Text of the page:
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Housing vital signs critical in North Okanagan

Community Foundation North Okanagan’s report focuses on community issues

There are 11 issues highlighted in the 2023 Community Foundation of North Okanagan’s (CFNO) Vital Signs report.

Tops among them – and featured prominently in the centre spread of the 24-page glossy report – is housing.

“It’s the biggest story,” said CFNO board director Annette Sharkey, whose day job is executive director of the Social Planning Council of North Okanagan. “If you’re housing is not stable, it’s going to impact everything in your world.

“We’ve got families staying in hotels now. That’s something we didn’t see even five years ago.”

The report was officially released at CFNO’s annual community meeting Tuesday, Nov. 28, before about 100 guests at the Prestige Inn.

Vital Signs is a community check-up conducted by community foundations across Canada. The report measures the vitality of communities and identifies significant trends in a range of areas critical to quality of life.

Through the North Okanagan report, one learns the average median home price in 2023 is $749,000. That’s risen from $380,000 in 2017, and $420,000 in 2019.

Multi-family housing is now trending as there were 203 such starts in Vernon in 2022, nearly doubling the single-family housing starts (116).

The rental vacancy rate is 0.9 per cent.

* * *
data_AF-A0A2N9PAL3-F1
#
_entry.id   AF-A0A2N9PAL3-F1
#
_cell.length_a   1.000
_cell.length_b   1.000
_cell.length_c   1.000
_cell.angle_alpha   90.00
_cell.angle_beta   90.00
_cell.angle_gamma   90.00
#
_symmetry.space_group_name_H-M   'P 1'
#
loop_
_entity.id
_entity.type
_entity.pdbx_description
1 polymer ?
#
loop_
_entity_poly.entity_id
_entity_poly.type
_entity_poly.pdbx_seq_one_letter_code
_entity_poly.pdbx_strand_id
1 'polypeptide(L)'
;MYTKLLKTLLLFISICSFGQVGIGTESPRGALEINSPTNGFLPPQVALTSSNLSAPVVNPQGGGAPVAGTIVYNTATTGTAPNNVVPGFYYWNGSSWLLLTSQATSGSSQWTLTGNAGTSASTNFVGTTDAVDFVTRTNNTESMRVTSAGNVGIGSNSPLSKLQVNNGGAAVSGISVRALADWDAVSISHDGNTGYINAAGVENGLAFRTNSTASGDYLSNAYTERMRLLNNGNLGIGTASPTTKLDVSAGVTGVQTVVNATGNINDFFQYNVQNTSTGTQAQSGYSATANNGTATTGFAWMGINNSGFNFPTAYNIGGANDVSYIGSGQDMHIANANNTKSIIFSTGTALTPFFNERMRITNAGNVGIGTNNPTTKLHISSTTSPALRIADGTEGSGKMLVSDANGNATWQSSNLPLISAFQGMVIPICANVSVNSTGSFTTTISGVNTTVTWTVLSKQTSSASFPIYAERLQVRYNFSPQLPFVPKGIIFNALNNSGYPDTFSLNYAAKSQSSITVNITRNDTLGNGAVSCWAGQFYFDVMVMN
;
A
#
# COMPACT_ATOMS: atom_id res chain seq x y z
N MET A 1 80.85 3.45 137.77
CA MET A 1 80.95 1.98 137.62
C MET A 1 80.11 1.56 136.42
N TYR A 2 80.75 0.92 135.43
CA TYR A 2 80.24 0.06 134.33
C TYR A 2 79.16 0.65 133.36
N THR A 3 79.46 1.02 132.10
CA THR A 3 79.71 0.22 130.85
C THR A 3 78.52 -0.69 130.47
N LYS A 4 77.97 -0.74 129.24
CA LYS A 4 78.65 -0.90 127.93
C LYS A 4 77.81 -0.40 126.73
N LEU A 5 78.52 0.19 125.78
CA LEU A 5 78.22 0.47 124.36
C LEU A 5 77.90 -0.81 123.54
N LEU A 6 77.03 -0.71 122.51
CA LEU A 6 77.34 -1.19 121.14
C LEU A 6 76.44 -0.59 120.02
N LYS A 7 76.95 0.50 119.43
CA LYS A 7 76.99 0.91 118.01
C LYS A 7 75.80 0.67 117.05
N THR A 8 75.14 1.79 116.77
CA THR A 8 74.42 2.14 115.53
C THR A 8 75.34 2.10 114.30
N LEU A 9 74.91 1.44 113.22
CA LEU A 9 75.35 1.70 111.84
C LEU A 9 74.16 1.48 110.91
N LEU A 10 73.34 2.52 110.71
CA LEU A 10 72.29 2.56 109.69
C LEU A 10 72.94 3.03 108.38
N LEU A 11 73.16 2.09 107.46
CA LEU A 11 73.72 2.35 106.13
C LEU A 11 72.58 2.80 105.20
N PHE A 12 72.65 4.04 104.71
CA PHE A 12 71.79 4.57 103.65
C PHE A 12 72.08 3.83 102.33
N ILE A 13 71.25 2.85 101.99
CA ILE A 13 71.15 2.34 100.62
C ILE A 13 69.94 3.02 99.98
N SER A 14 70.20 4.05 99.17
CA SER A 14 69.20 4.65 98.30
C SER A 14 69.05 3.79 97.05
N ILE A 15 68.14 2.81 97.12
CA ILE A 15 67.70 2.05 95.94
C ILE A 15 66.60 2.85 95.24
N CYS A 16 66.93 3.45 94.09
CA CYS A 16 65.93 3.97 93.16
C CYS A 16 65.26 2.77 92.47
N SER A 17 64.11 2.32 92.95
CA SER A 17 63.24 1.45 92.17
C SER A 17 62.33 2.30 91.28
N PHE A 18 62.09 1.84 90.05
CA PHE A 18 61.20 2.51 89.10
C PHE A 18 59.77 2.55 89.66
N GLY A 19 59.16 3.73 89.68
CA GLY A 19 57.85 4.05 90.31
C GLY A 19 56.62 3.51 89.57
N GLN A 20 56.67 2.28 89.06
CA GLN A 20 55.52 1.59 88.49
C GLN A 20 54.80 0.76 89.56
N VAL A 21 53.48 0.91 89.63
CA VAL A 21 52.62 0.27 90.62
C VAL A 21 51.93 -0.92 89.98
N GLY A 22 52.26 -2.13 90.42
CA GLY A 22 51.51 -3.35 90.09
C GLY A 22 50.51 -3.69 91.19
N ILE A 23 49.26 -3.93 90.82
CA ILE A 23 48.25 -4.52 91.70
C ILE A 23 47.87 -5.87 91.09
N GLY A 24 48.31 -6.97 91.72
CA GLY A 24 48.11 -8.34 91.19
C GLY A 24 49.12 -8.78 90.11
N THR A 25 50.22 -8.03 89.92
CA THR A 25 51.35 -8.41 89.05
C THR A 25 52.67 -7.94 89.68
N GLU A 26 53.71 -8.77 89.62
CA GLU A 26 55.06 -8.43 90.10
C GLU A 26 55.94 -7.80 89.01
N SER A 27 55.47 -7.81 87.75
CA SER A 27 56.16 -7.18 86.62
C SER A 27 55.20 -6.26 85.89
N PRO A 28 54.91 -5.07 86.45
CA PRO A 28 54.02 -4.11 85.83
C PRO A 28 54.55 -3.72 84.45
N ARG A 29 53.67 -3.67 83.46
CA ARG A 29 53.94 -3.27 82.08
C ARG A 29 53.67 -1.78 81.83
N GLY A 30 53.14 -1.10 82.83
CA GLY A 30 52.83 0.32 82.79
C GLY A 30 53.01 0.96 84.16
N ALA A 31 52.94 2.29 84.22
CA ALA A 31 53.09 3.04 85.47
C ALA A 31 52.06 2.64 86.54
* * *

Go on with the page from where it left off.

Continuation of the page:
The report also shows a smattering of responses from a CFNO community survey.

Asked if there is affordable housing for people of all income levels in the community, 84.6 per cent of respondents disagreed/strongly disagreed, and nearly 57 per cent disagreed/strongly disagreed that the community takes appropriate action to decrease homelessness.

The latest Vernon homeless count showed 279 people living without a roof, up from 224 in the 2021 count.

“Housing is the biggest challenge for communities right now,” said Sharkey. “Even the middle income is struggling with housing right now. It’s not just people at the bottom.”

Vital Signs is a cornerstone document for CFNO, helping the organization understand trends and changes in the region. It also helps magnify the region’s assets and identify the challenges.

“Stakeholders that rely on Vital Signs include local governments, charities and non-profits, other community groups, and residents,” said CFNO executive director Leanne Hammond.

The 11 issue areas highlighted in the report are housing, arts and culture, belonging and participation, environment, transportation, health and wellness, income gap, work and economy, cultural diversity, learning and safety.

CFNO is planning to hold what it calls Vital Conversations on the issues in 2024.

Board chairperson Dominik Dlouhy called the report a “call to action.”

“Share the report with your friends, colleagues, neighbours, or an elected/public official at any level,” said Dlouhy. “Learn about the many organizations working to improve our community, and how you can get involved, too.”

The 2023 Community Foundation North Okanagan Vital Signs report – the first since 2020 – will be available to read online at cfno.org.

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Roger Knox

About the Author: Roger Knox

I am a journalist with more than 30 years of experience in the industry. I started my career in radio and have spent the last 21 years working with Black Press Media.
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